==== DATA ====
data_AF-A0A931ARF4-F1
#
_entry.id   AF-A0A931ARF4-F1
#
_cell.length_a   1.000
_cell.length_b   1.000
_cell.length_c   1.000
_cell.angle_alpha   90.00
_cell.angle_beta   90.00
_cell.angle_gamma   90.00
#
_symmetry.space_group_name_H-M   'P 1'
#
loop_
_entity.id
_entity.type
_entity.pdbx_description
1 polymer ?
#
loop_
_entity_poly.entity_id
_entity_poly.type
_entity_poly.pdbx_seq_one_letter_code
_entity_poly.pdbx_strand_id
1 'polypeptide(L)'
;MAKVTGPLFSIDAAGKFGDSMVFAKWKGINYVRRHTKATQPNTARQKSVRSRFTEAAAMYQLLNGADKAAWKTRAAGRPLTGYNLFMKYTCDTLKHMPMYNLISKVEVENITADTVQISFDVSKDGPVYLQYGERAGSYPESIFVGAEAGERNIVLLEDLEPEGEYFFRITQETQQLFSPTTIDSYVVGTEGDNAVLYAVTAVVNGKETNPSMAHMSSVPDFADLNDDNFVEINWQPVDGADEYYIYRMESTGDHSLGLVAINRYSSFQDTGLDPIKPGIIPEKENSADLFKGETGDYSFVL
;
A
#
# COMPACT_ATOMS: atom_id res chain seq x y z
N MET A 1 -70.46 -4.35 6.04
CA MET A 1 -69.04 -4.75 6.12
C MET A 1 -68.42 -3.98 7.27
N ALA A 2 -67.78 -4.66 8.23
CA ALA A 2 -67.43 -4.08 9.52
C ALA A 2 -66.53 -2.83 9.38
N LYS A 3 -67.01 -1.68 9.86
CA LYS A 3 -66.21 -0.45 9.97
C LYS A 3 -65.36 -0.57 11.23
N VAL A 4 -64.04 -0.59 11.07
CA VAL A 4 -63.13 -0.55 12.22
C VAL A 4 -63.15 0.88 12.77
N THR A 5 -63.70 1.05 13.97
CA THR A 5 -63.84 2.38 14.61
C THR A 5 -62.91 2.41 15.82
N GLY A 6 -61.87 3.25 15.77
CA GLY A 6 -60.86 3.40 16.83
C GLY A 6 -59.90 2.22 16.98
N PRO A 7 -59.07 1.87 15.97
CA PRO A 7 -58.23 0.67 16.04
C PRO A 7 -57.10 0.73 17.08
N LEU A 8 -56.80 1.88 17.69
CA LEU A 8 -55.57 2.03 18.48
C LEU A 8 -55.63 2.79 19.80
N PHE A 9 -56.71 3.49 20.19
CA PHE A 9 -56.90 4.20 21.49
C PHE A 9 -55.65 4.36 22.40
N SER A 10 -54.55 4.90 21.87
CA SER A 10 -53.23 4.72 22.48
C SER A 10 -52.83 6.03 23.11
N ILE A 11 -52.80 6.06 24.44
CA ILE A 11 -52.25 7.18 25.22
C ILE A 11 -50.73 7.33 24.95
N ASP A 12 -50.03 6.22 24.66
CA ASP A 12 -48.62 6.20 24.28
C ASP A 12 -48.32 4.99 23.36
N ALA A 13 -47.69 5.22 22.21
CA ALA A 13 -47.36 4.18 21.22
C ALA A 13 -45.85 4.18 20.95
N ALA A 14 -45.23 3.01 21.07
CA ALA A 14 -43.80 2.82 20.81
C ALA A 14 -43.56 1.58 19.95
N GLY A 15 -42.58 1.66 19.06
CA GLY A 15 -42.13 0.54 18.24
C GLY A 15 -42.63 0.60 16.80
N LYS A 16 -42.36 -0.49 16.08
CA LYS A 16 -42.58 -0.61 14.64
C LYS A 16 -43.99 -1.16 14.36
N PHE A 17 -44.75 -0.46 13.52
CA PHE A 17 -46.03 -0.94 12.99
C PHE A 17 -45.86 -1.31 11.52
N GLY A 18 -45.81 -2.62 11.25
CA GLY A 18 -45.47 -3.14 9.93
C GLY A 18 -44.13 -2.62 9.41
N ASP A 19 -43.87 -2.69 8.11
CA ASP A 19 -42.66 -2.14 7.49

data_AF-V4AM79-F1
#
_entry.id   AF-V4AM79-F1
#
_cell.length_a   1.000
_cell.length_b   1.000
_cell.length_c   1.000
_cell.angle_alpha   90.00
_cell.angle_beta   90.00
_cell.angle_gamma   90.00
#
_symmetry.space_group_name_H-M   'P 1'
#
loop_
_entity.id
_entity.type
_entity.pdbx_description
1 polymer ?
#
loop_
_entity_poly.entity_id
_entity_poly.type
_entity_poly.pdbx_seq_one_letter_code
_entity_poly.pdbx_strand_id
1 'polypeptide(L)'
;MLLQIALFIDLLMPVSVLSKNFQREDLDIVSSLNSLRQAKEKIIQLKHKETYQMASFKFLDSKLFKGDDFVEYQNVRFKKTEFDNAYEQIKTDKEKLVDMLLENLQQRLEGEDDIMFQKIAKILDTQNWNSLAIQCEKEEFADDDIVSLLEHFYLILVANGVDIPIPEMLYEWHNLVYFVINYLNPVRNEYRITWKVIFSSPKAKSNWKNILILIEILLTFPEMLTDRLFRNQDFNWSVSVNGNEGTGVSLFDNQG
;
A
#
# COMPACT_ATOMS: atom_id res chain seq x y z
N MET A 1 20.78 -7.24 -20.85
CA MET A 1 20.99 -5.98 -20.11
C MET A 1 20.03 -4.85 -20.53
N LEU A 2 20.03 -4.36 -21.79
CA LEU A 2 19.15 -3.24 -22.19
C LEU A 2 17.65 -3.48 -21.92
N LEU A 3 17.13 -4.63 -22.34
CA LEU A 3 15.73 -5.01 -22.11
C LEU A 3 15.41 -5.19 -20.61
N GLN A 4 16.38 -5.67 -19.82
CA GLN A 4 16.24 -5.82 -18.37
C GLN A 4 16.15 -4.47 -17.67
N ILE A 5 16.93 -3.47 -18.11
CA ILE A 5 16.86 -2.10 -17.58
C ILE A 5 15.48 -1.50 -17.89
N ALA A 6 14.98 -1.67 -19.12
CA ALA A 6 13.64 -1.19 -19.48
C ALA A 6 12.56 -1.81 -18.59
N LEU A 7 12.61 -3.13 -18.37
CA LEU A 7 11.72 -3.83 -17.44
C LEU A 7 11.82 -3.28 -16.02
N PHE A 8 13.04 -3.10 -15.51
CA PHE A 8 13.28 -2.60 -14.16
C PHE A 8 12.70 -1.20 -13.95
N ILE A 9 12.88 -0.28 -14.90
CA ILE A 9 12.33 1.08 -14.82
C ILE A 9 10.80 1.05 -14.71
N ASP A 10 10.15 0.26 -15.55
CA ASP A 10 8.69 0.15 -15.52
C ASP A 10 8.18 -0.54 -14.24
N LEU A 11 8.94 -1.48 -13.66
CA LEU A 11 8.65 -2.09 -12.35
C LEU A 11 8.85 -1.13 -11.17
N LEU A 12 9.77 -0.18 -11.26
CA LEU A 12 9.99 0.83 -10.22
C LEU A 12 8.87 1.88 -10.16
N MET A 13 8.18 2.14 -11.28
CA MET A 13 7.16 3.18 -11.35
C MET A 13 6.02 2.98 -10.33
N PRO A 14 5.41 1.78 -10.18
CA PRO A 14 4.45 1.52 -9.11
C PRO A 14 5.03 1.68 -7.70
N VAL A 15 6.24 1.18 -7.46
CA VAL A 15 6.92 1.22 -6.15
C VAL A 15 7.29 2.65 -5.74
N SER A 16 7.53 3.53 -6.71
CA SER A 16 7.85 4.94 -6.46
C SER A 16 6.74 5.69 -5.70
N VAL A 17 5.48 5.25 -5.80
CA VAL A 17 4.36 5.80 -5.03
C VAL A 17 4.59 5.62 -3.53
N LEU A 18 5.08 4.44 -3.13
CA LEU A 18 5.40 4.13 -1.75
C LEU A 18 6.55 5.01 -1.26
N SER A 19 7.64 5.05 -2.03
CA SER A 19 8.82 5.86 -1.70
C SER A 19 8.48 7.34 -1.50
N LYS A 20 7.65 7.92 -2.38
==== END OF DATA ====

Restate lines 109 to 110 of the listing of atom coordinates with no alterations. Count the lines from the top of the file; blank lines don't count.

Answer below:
_entity_poly.pdbx_seq_one_letter_code
_entity_poly.pdbx_strand_id